Eggs are a breakfast favorite for good reason. They’re nutritious, filling and taste good. Plus, you can turn them into an assortment of dishes — from simple scrambled eggs to a meat-and-veggie loaded frittata. But with all the back and forth about eggs and cholesterol, you might be wondering if your daily egg habit — or acquiring one — is healthy.
After decades of vilifying cholesterol, experts have begun to change their tune. In the 2015–2020 Dietary Guidelines for Americans, the Office of Disease Prevention and Health Promotion removed the recommended upper limit for cholesterol, which formerly stood at 300 milligrams per day. Sources from Harvard to the Cleveland Clinic now state that dietary cholesterol has minimal impact on blood cholesterol levels.
So, with everything we now understand about cholesterol, what’s the verdict on eggs? To find out, we enlisted a couple of experts.
“Eggs score 93.7 out of 100 when it comes to the biological value of protein, which is essentially a measure of how efficiently a protein is used by the body,” says Louise Chen, RDN. “A large egg has about 6 grams of protein and includes all nine amino acids, our building blocks of protein, along with other nutrients like choline, lutein and vitamin D.” She notes that recent studies suggest healthy overall eating patterns, and quality of fat in one’s diet, influence heart health more than limiting the dietary cholesterol you get from eggs.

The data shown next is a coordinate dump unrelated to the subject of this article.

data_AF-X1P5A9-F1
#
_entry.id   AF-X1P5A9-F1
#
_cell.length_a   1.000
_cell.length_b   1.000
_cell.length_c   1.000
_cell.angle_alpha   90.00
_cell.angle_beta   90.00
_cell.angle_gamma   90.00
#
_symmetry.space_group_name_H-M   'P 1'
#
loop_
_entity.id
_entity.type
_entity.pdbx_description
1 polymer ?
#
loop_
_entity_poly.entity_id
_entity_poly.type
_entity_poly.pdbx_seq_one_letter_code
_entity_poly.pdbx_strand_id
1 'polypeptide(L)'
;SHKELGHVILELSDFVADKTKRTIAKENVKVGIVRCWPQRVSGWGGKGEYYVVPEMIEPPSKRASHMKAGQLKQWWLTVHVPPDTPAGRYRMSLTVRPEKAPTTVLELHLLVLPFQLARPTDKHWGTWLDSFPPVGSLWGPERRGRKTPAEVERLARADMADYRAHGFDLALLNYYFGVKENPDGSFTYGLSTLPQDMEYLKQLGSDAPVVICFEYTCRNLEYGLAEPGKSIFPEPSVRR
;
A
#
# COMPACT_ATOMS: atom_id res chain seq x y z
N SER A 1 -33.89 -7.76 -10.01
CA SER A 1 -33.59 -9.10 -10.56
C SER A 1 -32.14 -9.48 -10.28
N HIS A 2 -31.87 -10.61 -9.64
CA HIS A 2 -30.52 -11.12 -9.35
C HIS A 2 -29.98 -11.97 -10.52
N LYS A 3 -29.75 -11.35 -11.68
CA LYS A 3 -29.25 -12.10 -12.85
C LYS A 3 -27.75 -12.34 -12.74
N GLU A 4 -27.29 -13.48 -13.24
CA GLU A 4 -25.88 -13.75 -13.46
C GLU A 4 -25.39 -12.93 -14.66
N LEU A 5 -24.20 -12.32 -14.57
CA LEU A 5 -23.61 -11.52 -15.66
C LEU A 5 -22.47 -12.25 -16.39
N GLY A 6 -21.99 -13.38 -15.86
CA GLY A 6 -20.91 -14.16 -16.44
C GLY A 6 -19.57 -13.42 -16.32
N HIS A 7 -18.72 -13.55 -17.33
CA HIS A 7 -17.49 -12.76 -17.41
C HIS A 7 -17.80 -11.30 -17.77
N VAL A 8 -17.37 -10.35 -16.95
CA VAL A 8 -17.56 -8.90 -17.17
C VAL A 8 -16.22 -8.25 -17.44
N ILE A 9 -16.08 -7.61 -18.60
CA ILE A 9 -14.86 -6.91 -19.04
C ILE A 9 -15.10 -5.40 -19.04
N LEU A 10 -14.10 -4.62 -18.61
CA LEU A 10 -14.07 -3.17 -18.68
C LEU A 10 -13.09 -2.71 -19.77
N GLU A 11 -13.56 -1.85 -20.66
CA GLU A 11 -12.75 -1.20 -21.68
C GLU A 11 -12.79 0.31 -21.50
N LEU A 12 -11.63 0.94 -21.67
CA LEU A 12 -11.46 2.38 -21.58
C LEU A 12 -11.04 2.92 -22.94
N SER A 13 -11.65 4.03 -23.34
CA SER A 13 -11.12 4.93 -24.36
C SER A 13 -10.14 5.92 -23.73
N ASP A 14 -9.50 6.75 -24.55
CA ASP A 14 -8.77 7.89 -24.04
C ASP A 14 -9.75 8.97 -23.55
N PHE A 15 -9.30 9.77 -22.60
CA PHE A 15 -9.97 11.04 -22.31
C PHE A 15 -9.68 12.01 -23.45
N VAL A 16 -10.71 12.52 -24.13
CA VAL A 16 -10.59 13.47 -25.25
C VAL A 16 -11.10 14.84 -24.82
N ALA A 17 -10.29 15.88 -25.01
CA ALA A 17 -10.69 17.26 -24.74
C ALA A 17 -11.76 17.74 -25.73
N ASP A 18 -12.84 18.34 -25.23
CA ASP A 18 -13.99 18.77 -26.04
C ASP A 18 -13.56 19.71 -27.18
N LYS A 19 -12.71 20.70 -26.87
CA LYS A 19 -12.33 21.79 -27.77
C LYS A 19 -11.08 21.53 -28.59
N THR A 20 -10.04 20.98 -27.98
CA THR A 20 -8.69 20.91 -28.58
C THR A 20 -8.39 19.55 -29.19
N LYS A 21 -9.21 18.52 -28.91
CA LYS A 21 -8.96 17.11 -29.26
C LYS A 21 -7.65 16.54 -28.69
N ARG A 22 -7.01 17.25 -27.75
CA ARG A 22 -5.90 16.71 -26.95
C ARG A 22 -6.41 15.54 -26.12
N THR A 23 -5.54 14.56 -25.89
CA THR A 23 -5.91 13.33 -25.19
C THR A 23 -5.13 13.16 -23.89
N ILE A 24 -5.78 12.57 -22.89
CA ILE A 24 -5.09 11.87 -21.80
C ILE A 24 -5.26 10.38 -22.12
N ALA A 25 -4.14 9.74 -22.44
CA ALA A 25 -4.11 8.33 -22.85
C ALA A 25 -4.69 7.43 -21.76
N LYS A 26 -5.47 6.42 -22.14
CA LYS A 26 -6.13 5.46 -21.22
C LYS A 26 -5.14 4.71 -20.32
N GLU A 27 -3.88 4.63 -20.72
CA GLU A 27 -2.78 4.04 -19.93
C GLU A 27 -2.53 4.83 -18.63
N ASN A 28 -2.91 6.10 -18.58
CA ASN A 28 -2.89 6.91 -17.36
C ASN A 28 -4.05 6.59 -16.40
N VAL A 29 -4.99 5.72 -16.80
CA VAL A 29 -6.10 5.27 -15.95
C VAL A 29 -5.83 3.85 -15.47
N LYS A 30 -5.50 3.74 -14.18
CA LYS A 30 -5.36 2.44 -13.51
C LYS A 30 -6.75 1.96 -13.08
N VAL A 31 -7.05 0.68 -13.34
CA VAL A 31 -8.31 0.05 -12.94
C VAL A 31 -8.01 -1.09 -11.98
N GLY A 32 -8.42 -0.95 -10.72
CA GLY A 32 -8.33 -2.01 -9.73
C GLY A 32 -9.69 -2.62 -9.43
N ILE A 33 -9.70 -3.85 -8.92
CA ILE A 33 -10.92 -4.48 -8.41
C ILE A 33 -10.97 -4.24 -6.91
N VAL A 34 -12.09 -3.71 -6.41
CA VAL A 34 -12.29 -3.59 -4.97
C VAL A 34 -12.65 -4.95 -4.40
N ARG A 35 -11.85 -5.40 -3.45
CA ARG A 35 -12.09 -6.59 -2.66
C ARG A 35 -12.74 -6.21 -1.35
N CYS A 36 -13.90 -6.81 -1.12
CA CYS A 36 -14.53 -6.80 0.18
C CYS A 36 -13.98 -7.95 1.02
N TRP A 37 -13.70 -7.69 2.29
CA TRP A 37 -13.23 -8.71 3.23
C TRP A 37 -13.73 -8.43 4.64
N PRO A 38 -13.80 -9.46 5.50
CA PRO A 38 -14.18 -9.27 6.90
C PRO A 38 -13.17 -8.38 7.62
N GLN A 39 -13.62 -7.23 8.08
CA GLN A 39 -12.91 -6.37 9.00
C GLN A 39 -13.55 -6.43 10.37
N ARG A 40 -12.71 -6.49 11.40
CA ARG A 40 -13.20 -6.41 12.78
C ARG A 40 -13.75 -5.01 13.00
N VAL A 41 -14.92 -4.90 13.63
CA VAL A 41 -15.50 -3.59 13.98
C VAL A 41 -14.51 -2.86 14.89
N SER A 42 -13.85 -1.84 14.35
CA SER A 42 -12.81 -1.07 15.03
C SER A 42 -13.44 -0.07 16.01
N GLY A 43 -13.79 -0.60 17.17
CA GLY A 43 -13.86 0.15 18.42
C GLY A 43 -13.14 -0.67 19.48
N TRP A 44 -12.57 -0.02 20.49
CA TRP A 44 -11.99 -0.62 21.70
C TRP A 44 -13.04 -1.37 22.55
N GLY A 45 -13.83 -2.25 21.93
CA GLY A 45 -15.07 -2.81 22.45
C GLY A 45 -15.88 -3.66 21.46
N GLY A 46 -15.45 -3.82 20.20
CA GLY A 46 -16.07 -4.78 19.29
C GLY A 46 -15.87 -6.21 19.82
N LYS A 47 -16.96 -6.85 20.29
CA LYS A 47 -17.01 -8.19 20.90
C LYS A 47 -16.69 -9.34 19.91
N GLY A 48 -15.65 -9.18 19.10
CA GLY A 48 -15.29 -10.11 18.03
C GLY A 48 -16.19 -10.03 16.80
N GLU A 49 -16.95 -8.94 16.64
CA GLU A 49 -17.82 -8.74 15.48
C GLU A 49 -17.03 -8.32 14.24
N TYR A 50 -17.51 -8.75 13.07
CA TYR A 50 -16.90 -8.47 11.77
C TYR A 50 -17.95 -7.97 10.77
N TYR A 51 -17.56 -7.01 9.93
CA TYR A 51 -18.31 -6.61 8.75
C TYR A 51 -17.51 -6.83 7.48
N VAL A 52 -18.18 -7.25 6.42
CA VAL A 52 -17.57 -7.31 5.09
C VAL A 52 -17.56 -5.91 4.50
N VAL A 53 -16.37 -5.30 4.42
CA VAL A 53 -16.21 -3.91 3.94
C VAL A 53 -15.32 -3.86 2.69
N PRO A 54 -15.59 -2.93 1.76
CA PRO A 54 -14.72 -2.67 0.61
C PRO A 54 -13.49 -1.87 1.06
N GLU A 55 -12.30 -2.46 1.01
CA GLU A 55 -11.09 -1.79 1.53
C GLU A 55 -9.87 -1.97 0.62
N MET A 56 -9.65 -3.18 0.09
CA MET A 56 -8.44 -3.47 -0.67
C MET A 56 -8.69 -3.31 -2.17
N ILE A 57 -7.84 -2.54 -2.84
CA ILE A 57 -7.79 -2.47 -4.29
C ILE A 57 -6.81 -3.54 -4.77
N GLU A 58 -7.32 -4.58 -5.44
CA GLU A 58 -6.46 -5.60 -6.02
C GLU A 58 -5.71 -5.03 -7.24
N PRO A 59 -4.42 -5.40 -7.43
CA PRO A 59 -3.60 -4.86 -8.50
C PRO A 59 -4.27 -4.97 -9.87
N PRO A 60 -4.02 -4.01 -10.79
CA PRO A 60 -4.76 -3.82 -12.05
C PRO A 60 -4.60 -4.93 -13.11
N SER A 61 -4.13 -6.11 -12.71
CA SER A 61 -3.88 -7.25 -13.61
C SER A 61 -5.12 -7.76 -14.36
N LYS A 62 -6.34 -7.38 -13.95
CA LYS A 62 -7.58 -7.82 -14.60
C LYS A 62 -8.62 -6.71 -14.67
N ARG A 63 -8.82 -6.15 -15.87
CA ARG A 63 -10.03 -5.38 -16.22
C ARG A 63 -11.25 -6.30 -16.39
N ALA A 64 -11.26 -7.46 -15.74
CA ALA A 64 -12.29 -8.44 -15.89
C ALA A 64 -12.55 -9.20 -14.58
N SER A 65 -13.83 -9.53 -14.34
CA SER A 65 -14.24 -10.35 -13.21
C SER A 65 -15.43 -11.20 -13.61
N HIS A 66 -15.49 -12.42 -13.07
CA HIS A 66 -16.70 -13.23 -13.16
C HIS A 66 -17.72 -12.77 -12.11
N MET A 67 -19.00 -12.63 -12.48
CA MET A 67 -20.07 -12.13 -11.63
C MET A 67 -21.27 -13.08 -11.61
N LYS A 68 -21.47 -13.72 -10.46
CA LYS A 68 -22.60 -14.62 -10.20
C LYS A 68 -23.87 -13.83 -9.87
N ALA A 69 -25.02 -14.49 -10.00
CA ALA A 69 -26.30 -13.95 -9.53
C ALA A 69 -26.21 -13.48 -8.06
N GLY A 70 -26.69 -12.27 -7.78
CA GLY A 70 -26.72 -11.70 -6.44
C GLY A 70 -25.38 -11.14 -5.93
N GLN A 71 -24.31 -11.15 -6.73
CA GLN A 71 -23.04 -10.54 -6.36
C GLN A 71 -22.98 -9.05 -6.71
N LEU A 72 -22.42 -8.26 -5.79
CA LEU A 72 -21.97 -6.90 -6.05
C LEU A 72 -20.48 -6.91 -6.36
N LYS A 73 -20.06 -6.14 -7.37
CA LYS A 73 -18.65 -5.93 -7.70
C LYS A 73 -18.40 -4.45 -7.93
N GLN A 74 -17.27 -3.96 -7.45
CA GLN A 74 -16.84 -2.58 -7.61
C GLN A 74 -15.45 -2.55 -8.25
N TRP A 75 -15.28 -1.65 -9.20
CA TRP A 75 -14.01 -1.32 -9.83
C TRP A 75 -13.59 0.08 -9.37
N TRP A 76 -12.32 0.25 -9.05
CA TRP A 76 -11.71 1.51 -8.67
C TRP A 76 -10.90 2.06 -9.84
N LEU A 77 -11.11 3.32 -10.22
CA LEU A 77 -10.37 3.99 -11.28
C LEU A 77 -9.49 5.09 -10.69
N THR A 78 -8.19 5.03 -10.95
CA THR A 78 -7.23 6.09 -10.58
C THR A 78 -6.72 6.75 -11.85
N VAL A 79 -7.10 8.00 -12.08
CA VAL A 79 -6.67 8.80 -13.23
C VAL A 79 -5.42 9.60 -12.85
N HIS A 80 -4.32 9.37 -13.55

“Eggs are safe to eat,” adds Chen. “Eating an egg a day does not translate to an increased risk of cardiovascular disease. But still, I wouldn’t start eating six-egg omelets every day.”
Amy Goodson, a Dallas-based RDN and nutrition consultant, agrees. “While whole eggs used to be limited in a healthy eating plan due to their cholesterol and fat content, research supports that consuming dietary cholesterol does not raise blood levels of cholesterol,” she says.
Also important to note, says Goodson, is that eggs are a great source of protein, and the yolk contains vitamin B-12, iron and choline, as well as small amounts of omega-3 fatty acids and vitamin D. “Overall, it’s a nutrient powerhouse at only about 70 calories per egg. Plus, it will keep you feeling satisfied due to its protein and fat content.”
Rather than worrying about all those eggs you’re eating, try incorporating them into a balanced diet. “It all goes back to eating your fruits and vegetables, increasing fiber intake and limiting your intake of saturated fats — the rule of thumb is less than 10–15 grams daily for most folks” — says Chen.
“Egg intake should be in line with individual calorie, protein and fat needs,” says Goodson. So, if you like eggs, eat them. But it’s worth paying attention to how you’re preparing them.
“Saturated fat has greater influence on raising total and ‘bad’ LDL cholesterol,” adds Goodson. When you’re cooking them, try replacing saturated fats (like butter or bacon fat) with mono/polyunsaturated fats (like olive oil). The result will be healthier, and it will taste good. Because, hey, you’re still eating eggs.